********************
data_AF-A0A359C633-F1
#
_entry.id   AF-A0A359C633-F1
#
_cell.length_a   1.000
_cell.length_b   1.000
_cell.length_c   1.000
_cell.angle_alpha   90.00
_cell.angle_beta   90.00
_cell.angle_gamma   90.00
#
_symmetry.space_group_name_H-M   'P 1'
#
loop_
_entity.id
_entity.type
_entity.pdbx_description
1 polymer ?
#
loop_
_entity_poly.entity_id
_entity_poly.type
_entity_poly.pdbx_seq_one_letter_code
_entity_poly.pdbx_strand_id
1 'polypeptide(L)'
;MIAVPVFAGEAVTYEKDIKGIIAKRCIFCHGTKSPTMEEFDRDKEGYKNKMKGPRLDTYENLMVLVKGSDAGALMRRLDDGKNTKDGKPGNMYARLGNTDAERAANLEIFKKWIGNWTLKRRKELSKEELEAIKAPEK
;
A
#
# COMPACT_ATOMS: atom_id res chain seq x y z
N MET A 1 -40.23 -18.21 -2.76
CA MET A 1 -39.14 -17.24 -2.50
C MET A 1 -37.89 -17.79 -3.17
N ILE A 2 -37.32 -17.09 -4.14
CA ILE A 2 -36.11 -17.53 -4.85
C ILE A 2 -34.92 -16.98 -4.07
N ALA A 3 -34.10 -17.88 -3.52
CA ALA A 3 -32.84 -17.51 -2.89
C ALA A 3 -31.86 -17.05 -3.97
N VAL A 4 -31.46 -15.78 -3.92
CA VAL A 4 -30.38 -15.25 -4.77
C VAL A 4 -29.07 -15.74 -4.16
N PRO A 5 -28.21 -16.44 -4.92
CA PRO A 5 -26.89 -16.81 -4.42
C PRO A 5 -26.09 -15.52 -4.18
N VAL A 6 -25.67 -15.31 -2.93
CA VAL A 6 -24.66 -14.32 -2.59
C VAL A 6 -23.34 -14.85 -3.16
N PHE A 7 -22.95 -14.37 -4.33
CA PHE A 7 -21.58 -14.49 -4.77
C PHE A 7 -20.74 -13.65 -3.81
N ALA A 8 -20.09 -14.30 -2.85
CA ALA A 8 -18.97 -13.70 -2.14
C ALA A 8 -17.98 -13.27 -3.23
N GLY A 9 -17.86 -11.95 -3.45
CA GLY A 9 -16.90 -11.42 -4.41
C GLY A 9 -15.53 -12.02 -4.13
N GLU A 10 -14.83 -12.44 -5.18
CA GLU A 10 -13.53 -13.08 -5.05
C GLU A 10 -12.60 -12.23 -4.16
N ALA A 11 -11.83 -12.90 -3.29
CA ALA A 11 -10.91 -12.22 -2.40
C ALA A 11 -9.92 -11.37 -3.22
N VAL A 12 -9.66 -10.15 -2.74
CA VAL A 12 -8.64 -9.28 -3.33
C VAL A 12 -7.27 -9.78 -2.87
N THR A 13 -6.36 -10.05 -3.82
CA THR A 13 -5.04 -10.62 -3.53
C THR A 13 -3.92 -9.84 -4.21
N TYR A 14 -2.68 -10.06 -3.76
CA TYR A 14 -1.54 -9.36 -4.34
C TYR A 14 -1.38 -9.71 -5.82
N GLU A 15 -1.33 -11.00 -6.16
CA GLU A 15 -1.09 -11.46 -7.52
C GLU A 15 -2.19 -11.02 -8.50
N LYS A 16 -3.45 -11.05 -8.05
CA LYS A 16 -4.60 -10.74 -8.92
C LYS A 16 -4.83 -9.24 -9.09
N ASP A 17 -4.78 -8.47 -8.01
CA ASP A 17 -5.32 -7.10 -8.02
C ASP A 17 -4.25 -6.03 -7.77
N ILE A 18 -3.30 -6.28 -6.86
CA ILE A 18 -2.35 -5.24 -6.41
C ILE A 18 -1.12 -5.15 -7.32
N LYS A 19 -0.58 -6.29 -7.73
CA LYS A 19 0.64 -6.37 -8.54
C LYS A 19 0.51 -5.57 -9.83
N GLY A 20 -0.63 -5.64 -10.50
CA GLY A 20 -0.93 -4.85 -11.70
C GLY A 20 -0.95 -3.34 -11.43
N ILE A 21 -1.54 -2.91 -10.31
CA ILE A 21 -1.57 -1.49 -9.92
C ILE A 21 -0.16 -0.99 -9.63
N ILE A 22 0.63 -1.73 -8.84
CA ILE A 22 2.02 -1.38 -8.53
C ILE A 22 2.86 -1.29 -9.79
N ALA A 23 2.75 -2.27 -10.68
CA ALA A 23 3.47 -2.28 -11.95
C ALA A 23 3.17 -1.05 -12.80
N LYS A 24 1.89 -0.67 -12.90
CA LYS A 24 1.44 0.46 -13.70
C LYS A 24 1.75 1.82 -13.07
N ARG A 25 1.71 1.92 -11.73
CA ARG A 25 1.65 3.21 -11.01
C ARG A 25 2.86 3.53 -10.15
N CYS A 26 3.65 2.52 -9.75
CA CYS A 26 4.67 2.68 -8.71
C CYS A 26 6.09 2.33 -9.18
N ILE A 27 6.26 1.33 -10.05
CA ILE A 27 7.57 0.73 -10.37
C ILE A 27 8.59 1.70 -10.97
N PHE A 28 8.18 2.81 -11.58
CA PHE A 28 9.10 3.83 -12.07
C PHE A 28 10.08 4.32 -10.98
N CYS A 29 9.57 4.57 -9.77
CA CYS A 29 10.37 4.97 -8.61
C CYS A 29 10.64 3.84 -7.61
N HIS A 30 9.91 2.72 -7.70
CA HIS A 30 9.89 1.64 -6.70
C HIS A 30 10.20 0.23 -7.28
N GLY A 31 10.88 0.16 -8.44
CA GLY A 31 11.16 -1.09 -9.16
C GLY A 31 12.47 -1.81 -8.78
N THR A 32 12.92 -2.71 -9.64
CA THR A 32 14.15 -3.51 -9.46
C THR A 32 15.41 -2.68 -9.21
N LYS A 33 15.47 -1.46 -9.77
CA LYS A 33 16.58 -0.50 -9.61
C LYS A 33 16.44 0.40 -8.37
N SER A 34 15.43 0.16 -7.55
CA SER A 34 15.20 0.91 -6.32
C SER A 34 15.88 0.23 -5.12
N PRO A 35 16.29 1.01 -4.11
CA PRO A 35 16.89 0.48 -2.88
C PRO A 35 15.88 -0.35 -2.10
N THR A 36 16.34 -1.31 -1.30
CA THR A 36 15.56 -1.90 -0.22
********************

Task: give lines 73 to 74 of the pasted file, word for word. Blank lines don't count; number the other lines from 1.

N GLU A 15 -1.33 -11.00 -6.16
CA GLU A 15 -1.09 -11.46 -7.52